Thursday, 24 July 2008

Expect a price hike?

If you think you're already paying a fair whack for your IHT every day...then you should subscribe.

But if you still find that pricey....then you should pay by monthly direct debit (very reasonable).

But if you still find that a little heavy on your wallet then I should be ready to expect a price increase.

The NYT seems to be following a popular trend which is this: daily newspaper readers may be declining, no one will pay for online content (witness TimesSelect), but they can still milk the loyal cash cow readers.

Which, if you are reading this blog, is probably you.

Here's this from Media Bistro (Wednesday 23rd July, 2008)

Up, Up, and Away: NYT to Raise Newsstand Price

That was fast. Just this morning the Times released its (demoralizing) second quarter earnings and shortly thereafter on a conference call to discuss the report New York Times Co. president and CEO Janet Robinson announced that as of Aug. 18 the paper would be raising its newsstand prices from $1.25 to $1.50.
Newsstand price hikes are all the rage these days, it seems. Just last week the WSJ
announced it was upping its price by fifty cents, and this past May the NYPost doubled its price. We're not schooled in the background economics of these decisions, however, is it really a good idea to make something that less people want that much harder to get?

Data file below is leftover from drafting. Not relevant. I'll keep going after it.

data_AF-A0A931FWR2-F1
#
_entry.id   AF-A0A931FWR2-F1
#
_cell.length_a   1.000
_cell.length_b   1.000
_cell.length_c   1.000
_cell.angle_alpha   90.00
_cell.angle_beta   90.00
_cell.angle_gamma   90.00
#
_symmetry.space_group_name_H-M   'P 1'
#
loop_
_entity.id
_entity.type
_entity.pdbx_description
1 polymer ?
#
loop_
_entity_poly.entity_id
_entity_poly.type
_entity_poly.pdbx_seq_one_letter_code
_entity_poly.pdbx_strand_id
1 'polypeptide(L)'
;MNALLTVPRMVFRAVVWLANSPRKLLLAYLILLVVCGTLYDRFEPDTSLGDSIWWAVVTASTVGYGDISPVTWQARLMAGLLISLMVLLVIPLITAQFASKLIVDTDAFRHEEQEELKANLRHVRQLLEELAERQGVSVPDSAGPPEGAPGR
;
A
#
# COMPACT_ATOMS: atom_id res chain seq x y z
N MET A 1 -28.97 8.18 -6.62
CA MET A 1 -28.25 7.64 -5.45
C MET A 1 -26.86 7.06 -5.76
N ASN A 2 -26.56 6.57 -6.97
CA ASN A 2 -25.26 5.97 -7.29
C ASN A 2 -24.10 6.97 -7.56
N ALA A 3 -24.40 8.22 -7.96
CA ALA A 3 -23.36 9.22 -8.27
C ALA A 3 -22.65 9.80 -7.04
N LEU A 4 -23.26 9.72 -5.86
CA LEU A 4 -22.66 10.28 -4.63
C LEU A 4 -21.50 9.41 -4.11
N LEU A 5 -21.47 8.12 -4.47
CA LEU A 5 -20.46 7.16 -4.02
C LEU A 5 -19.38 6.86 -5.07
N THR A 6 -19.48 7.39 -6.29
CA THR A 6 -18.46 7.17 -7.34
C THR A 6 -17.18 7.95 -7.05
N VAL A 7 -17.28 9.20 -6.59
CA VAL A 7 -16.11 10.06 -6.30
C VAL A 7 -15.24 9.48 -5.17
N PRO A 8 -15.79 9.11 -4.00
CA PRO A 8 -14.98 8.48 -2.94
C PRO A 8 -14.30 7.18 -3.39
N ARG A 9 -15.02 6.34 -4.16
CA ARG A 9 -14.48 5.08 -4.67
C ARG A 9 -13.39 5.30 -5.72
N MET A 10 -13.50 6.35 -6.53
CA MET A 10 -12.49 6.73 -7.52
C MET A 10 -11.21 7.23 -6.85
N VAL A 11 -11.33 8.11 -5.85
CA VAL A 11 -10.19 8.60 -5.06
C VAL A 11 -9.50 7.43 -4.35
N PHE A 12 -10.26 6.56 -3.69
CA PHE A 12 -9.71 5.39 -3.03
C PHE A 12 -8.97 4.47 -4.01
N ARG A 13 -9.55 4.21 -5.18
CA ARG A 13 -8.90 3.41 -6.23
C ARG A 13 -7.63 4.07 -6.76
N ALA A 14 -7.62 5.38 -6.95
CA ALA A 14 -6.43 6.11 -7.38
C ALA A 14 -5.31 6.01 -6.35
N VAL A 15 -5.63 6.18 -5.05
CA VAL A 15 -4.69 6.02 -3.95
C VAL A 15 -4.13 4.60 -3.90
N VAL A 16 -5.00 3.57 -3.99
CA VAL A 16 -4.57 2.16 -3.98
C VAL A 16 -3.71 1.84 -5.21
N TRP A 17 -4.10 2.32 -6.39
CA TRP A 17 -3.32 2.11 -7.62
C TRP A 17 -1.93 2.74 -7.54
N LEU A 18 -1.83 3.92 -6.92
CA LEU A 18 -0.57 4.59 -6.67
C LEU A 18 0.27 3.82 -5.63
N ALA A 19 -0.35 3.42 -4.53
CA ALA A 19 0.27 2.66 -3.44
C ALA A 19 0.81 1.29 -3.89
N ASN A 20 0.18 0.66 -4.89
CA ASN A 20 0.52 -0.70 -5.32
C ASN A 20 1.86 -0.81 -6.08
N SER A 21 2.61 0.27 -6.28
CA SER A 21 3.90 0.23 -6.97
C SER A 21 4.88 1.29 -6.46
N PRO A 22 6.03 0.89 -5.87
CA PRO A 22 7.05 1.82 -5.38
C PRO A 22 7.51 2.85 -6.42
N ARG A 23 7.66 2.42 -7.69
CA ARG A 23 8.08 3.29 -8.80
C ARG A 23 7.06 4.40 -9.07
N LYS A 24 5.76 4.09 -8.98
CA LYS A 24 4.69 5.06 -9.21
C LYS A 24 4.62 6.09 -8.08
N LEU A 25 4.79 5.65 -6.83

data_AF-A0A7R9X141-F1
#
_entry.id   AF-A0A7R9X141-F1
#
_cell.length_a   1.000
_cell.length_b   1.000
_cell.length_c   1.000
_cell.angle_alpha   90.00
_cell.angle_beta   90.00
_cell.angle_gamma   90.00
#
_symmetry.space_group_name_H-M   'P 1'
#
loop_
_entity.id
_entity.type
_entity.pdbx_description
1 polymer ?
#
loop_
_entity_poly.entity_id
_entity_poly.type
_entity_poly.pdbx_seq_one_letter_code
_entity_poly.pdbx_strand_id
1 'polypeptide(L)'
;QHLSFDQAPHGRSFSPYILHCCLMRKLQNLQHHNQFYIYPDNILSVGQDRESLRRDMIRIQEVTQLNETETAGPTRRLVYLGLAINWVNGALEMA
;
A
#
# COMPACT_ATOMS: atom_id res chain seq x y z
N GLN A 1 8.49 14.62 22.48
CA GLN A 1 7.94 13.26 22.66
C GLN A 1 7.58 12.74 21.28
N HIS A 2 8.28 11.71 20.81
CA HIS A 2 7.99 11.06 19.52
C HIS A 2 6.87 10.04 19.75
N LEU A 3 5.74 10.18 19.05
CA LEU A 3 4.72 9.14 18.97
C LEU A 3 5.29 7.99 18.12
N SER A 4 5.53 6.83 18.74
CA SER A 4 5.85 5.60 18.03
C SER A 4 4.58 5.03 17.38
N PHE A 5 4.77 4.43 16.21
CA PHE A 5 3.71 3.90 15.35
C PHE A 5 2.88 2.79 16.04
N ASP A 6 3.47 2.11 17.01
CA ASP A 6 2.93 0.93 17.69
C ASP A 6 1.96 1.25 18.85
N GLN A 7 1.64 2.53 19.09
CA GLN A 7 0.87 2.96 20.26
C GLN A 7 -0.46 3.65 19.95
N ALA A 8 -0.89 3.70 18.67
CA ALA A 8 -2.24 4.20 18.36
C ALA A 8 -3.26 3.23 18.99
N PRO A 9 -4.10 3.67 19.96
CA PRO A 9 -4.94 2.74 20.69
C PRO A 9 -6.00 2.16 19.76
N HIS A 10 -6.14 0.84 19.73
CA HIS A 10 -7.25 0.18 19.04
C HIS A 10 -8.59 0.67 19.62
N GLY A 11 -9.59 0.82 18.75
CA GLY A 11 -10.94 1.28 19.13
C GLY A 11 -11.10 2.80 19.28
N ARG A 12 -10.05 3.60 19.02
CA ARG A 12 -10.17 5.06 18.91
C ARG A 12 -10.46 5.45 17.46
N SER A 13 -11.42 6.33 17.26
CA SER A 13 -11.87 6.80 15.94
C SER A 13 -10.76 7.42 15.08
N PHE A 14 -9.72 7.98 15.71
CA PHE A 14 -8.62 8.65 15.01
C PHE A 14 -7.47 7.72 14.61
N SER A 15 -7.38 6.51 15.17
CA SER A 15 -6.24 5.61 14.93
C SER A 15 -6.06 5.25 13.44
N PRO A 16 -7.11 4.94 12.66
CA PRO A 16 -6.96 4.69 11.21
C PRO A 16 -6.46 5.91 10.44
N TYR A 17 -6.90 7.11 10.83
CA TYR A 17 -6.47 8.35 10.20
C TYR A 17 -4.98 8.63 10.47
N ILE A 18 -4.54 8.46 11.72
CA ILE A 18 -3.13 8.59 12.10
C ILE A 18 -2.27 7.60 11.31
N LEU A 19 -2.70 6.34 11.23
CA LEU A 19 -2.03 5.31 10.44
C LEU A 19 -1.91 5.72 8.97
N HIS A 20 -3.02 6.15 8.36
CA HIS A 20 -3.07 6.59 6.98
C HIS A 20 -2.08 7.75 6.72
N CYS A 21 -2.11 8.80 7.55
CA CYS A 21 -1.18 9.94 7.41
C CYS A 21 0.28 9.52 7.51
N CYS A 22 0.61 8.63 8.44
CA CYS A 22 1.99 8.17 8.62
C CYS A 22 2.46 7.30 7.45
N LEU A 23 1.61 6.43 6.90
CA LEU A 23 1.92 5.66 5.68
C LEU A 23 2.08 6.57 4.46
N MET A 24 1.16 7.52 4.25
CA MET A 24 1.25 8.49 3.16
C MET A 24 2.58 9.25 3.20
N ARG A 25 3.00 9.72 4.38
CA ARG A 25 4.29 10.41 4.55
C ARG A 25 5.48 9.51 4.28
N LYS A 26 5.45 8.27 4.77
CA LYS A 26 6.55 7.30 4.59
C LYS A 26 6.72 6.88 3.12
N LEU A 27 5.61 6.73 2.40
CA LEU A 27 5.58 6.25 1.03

Quite. MediaBistro are not schooled in the background economics of these decisions, but actually, to my mind, it is a good idea. If 25cents is going to lose a reader, they will migrate to the web where their 25cents will probably be earned back in page views.

Plus, the more they charge the reader the more they can go on to advertisers about core readers/loyalty/real page impressions. In short even a smaller circulation can earn more money if the CPMs go up (cost per thousands) and the demographic of the print product moves up-scale. Plus they save money on print and circulation costs. NB Circulation revenues for the NYT rose 1.2% (if my memory serves me) in Q2 and the woman in charge of their marketing is a circulation genius who will almost certainly one day be the head honcho of the NYT newspaper, and eventually, company. Yasmin Namini is the name and a very bright spark.

So in short the NYT moves towards an existing IHT model - you might not be a HNWI (Hight Net Worth Individual) but that's sure what the ad sales team are telling the print advertisers, most of whom now are either 'green energy' advertisers OR luxury goods.

Interational Herald Tribune
New York Times

No comments: